Tuesday, 26 July 2016


Ari Athans is a Brisbane-based jeweller and artist.

Read her Daily Imprint interview here.

Her next exhibition Volcanic Bloom will be at Edwina Corlette Gallery from 2-23 August.

Describe a typical working day I like to start the day with an early leisurely ride around the lovely Brisbane River bike paths - it’s magical this time of year. The mornings are usually spent at my jewellery gallery/workshop. I work on the design and production of jewellery for the store and client commissions, such as wedding rings. I prepare work for the jewellers, meet with clients, order materials and lots of general shop stuff. The afternoons are spent at my home studio where I develop new jewellery pieces/collections. Sometimes I do some clay work but mostly I paint. When the kids come home from school, it’s the usual after-school stuff. I like to cook, walk the dog and then spend another hour or so in the studio. I also go to Clayschool one night a week.

What are your preferred tools, materials and equipment? In no particular order: Pantone box of coloured cards, gemstones, enamel paints, hammer, torch, pointy nose pliers, powdered pigments, wax carving, paper models of random things, BRT clay and oxides, gold, silver - all materials have their unique physical and optical properties.

How do you dress for your job? Mostly casual as nice things get trashed. I’m on my feet all day so comfortable shoes are a must. I’ve started to sew again; very, very simple dresses and tops. I have an extensive fabric collection that needs to be used.

What is the current state of your desk or creative space? Clean at the moment as I’ve just finished work for the Volcanic Bloom show at Edwina Corlette Gallery, which opens 2 August. We try to keep the jewellery benches as neat as possible as it is very easy to lose small things! However, when I am in the thick of it my space is usually messy.

What’s your approach to managing technology - from emails to social media? It’s always at the bottom of my list but essential. I have a website that needs to be constantly updated with new/sold works. I do mailouts for new collections/exhibitions. I enjoy documenting works in progress so Instagram works well for me. 

When and what do you have for lunch? If I am at the shop then we have miso with fresh veg or a giant salad.

What’s your preferred pick-me-up? Coffee and collage.

How do you combat creative lulls? I always have different mediums on the go so creative lulls are few. When it does happen I do a really good spring clean of the studios. I often find things that spark new projects. 

What role does silence or sound play in your day? I love working in silence mostly but I enjoy flicking through digital radio for old Greek folk music.

What's the last thing you do before finishing work for the day? I photograph the work whether it’s finished or not. It generates new ideas and perspectives. I then play with images in Photoshop; this works particularly well for painting. I also upload new jewellery pieces to the website.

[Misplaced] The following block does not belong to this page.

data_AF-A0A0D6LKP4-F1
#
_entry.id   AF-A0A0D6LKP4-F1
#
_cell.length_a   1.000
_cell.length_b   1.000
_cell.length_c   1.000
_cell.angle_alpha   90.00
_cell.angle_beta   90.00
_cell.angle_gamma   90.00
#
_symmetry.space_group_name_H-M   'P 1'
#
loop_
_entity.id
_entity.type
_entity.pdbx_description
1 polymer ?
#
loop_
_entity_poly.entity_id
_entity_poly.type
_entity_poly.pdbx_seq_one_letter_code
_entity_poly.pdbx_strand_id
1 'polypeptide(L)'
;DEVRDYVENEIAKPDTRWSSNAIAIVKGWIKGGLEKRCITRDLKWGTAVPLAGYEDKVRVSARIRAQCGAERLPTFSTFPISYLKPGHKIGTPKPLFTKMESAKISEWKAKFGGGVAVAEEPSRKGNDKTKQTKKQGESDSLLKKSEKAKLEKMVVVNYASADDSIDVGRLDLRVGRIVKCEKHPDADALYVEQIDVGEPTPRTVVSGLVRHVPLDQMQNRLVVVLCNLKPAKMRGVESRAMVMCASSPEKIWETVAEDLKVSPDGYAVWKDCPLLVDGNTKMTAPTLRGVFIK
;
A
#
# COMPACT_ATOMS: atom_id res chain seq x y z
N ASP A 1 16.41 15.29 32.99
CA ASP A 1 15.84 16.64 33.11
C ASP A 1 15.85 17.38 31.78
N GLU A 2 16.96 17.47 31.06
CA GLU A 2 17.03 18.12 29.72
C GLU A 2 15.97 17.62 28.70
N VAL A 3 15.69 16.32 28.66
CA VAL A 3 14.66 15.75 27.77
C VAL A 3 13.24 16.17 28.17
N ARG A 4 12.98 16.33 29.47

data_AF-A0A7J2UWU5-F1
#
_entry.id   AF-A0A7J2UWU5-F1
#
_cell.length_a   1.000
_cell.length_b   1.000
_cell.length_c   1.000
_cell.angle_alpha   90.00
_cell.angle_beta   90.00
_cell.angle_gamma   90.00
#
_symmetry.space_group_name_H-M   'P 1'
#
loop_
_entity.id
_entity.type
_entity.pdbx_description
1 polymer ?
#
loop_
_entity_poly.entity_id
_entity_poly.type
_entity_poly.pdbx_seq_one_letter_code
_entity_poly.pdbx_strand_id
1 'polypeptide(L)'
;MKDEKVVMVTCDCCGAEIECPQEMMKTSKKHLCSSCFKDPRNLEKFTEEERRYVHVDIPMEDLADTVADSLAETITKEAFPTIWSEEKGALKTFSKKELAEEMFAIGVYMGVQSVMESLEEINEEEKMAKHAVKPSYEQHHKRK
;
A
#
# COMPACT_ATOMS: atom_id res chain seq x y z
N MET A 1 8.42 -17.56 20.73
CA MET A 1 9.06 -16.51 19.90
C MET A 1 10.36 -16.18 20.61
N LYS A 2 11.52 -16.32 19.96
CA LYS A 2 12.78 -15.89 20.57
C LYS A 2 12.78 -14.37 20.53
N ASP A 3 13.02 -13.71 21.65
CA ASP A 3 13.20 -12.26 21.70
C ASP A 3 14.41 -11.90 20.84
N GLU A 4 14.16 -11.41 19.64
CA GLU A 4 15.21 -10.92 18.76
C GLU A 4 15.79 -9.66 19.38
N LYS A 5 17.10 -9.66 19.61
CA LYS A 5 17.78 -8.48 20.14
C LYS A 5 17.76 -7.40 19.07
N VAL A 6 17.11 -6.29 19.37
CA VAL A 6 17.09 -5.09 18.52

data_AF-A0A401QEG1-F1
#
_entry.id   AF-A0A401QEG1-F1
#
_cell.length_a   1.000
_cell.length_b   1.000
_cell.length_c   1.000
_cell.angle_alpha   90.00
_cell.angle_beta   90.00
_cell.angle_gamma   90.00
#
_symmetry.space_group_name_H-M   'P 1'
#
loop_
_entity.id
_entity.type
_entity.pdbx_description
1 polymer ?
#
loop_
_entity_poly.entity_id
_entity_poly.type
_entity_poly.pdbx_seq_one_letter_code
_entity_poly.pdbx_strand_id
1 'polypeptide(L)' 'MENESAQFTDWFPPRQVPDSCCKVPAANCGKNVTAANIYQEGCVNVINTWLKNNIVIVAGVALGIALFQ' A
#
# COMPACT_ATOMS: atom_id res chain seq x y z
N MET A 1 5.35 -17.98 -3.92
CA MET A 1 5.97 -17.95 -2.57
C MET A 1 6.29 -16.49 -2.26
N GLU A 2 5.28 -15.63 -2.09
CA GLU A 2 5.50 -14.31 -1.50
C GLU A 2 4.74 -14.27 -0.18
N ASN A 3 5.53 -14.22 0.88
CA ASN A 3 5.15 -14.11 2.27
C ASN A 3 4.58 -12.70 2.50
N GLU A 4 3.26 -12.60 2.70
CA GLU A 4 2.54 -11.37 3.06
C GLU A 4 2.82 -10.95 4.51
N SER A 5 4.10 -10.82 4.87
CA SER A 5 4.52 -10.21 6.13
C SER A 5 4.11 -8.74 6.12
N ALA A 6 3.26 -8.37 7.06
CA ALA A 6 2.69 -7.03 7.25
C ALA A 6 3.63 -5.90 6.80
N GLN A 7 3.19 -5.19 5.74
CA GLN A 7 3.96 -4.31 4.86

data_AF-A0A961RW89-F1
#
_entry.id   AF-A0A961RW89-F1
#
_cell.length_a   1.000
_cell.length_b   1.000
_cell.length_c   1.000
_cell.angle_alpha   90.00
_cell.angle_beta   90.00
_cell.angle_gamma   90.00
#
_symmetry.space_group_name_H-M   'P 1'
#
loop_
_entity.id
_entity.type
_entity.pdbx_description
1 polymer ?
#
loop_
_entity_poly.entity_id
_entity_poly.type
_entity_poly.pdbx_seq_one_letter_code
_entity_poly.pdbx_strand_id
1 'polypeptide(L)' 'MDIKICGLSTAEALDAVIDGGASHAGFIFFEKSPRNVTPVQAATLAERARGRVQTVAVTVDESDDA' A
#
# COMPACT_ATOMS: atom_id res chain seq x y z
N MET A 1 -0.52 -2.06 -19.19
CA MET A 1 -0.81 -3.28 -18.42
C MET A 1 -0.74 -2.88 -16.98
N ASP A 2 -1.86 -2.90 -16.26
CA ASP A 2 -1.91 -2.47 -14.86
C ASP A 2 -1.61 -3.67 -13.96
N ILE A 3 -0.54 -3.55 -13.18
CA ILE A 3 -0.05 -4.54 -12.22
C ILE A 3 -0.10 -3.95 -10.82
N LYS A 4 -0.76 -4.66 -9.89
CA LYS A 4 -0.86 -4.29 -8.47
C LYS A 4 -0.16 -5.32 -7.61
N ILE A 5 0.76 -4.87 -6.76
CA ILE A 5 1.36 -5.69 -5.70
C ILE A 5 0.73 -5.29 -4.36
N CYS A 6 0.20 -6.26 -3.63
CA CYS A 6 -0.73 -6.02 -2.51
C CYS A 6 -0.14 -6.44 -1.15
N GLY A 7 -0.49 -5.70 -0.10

images courtesy of ari athans and edwina corlette gallery

Monday, 25 July 2016


For more than nine years I have been sharing the stories of creatives from around the globe. Today I want to tell a little of my story, as it’s integral to a new chapter for Daily Imprint.

I believe in beauty - in pursuing, capturing, and celebrating it. But I am also a practical person. I enjoy order and simplicity. These two elements have been a thread throughout my work - as a writer and stylist.

As Hemingway said, “Write the truest sentence you know.” This quote has been pencilled in my notebook for years. I believe in paring down to the essence of a feature article or interior space. When it comes to styling, I like to distill ideas when creating room sets and editing homes for interior photography. When the noise is removed beauty can breathe.

After years of working on a best-selling interiors magazine, and styling people’s homes, a new variation on this truth has emerged. It’s time to simplify the art of creating a home. Too often places have cushion covers, towels and tableware that has past its use-by-date. Or key items are missing, such as a simple-shaped vase to suit a range of flowers. Also, many places lack the necessary texture to help create warmth and interest in a home.

Daily Imprint has always been about celebrating beauty everyday. It has now been brought to life with Imprint House, an online store that features homewares handpicked for their beauty and utility. Each item in the launch collection - Everyday Essentials - is multipurpose and can work just as well in a city home as a coastal house or a place in the country. (Incidentally, I have lived in all three over the past five years.)

As part of this new chapter, there will be some new and exciting features on this site. Tomorrow I will introduce DAILY PRACTICE - an insight into how leading creatives structure their working day, their preferred tools of the trade and the ways they get through creative slumps. I look forward to sharing the interview with you, and many more.